Returning from the pandemic, we knew that in order to keep our school doors open we had to prioritize safety. At first, we were mainly talking about COVID protocols. Over time, we realized that safety and security for our students, teachers, and community would also entail tackling a new battle: Keeping intolerance out of our schools.
In the past year, we implemented a set of strategies to improve student culture, and are seeing encouraging improvements, as well as room to grow. We shared details, artifacts and video footage with the Follow the Leaders series from Relay Graduate School of Education.
Here are the highlights:
Give students a space to explore identity and learn to disrupt bias.
My team got to work creating a culture of belonging – from the top down to the bottom up. We saw an opportunity to shift the school culture through structures found in many high schools — advisory periods and affinity groups for students of similar identities.
In these communities, students could regularly affirm their identities and learn ways to safely challenge intolerant language voiced by peers. Based on the Sown to Grow social-emotional learning curriculum, advisory lessons are focused on community building and issues of identity. Giving each other the security and safety of that space is a way of interrupting inequity.
For example, a Pride lesson plan on cyberbullying includes group discussions of personal boundaries and scenarios that illustrate ways to address issues that arise on social media with empathy.
Give adults the training they need to model the practices and lead student activities.
We must ensure teachers and leaders are prepared to lead meaningful student discussions about identity and address student behavior in advisories, affinity groups, public spaces around campus, and their own classrooms.
To build these skills, we developed a professional development calendar for the year to give interrupting inequity the same importance as the school’s other strategic priorities.
Over the summer, we used scenario-based professional development to prepare teachers for how to react and respond to inappropriate behavior — like students singing lyrics which include racial epithets, making comments about Asian American students and academics, or questioning the value of using the correct pronouns.
The focus of these sessions was to do the work as adults first so we can lead it with students.
Help adults create spaces to cultivate belonging and challenge students' thinking.
As with the advisories, professional learning in affinity groups has focused on encouraging faculty sponsors to create a space where they can process shared experiences — and a space where raw and difficult questions are explored.
To build the ability of faculty sponsors to guide the groups in this way, we added time to the professional development schedule for affinity groups for the adults in the building.
These groups have modeled the kinds of challenging conversations intended for within the student groups. We’ve been able to call each other in on topics like privilege. These groups work because we established that rapport and relationship.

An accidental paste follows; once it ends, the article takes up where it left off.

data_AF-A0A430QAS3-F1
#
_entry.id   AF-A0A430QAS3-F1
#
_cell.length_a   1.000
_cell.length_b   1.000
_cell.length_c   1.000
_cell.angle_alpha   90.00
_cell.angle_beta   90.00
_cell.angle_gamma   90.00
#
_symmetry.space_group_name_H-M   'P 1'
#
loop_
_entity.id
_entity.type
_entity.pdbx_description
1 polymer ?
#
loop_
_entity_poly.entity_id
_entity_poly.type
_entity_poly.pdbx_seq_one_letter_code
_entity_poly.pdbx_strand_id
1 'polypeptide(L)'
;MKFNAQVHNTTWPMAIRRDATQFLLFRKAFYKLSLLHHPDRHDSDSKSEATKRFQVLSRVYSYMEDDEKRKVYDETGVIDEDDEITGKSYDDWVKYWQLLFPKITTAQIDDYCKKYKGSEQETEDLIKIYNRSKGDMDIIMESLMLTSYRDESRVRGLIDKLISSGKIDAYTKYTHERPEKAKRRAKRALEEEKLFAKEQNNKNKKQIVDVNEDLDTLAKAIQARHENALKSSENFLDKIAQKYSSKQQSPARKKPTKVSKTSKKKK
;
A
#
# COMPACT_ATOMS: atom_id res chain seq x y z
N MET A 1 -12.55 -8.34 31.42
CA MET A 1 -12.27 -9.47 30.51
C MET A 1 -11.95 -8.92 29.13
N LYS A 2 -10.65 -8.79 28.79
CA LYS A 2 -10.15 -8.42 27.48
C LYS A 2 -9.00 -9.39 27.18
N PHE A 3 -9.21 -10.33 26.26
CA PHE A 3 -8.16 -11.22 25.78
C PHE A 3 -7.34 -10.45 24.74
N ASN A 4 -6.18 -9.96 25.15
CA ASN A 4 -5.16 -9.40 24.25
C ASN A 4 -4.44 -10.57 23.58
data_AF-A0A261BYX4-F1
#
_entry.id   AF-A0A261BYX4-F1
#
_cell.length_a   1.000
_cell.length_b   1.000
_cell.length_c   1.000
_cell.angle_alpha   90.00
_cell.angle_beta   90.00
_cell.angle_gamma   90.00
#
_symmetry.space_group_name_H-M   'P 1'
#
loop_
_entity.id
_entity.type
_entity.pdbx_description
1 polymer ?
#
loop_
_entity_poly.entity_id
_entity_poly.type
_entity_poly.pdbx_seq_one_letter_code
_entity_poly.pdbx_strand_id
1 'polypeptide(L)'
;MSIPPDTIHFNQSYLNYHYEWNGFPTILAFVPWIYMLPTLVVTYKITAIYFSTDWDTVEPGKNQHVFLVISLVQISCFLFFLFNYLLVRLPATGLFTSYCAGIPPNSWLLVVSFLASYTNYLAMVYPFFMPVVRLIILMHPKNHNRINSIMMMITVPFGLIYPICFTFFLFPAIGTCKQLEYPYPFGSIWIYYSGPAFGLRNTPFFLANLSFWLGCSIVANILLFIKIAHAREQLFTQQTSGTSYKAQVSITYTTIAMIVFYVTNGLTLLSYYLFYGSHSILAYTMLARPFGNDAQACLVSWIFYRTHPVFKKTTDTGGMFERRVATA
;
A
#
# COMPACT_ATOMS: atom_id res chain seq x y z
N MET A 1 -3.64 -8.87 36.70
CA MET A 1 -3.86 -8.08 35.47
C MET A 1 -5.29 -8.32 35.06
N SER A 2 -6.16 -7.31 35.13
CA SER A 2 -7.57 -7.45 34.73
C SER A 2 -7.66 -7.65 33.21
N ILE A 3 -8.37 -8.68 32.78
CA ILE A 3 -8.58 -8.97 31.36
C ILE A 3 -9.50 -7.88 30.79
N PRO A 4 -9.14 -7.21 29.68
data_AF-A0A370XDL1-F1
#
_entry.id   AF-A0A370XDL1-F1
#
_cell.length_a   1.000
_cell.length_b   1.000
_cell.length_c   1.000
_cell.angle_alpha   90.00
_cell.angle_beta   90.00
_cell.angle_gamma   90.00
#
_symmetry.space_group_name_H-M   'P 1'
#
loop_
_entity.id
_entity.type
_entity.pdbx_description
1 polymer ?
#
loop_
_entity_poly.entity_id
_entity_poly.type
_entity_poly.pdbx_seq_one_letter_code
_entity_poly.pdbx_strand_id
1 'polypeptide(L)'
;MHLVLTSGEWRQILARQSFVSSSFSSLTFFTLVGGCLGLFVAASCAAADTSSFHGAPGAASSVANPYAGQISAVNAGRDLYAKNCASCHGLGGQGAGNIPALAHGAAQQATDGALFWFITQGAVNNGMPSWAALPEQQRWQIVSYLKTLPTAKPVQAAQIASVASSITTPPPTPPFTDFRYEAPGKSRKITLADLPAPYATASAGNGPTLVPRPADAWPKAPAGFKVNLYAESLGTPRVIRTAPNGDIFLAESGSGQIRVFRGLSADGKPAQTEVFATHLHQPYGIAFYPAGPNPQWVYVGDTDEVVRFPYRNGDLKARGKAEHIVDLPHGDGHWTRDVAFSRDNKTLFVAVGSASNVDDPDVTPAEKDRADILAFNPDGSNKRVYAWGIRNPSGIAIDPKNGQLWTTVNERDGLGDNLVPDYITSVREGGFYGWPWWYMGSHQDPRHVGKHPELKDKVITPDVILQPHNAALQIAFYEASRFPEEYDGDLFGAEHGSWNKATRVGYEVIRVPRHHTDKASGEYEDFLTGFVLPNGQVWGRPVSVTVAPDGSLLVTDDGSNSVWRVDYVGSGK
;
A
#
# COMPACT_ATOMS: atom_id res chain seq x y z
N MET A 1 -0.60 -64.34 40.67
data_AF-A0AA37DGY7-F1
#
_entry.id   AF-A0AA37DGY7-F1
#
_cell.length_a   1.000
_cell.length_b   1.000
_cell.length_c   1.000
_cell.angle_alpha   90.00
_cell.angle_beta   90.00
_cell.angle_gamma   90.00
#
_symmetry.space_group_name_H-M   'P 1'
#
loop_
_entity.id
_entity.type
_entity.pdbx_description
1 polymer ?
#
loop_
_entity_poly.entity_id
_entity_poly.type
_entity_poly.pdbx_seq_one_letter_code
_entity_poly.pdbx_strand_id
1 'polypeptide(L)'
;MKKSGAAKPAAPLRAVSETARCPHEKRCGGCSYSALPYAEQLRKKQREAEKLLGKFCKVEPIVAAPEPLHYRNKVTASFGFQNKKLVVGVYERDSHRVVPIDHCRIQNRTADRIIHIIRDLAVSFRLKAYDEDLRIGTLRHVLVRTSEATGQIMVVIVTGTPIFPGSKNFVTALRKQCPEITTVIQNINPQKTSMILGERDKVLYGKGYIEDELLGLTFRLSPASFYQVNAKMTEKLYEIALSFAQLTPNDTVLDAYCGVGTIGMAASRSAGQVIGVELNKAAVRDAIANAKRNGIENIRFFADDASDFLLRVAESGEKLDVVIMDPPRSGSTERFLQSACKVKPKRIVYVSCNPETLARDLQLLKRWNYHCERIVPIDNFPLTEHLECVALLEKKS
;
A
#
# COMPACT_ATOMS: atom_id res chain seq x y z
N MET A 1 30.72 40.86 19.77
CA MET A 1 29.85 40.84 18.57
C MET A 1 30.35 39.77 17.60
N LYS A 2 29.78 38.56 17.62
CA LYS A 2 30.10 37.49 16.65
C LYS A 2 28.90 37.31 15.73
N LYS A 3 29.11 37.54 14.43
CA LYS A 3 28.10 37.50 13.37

Help students navigate differences.
To ensure that students experience different identities as well as their own, we created the United Front, a student leadership group representing all affinity groups. This strategy creates compassion, connection, and an opportunity for students to see each other across lines of difference.
The United Front is focused on identity and planning extracurricular events and activities — what we call “the joy factor” on campus. The group helps build leadership skills in students who may not otherwise have the opportunity to do so.
Faculty sponsors also encourage students to unpack the dynamics of different identities within United Front, training students on how to have those conversations with each other. The ultimate goal is for the group to evolve into not just an affinity space, but allyship.
That’s how we break down barriers.
Monitor progress and plan ahead.
Before the school year began, we identified metrics to monitor progress and help our team hold itself accountable for making progress toward the aspirational goal of interrupting inequity. We review our student and staff surveys quarterly along with the data for the school’s instructional objectives.
The results to date have been encouraging — 72% of students say they connect with most members of their advisory and 84% look forward to them. Large majorities of faculty agree that students value each other’s differences and that their leaders have encouraged the adults in the building to engage in learning around DEI and discussing their own identities.
While the majority of students agree that most students speak out against hate speech and actions, there is more work to be done. This isn’t something we’re going to be able to fix in one school year. The goal is for students to never have to interrupt inequity because it’s not happening — we’re continuously working toward this more inclusive future.
Nicole LeBlanc served as principal at KIPP King Collegiate High School in San Lorenzo, CA from 2021–2023. Learn more about how her team did this work, download the actual documents they used to guide it, and watch a video as part of the Follow the Leaders series.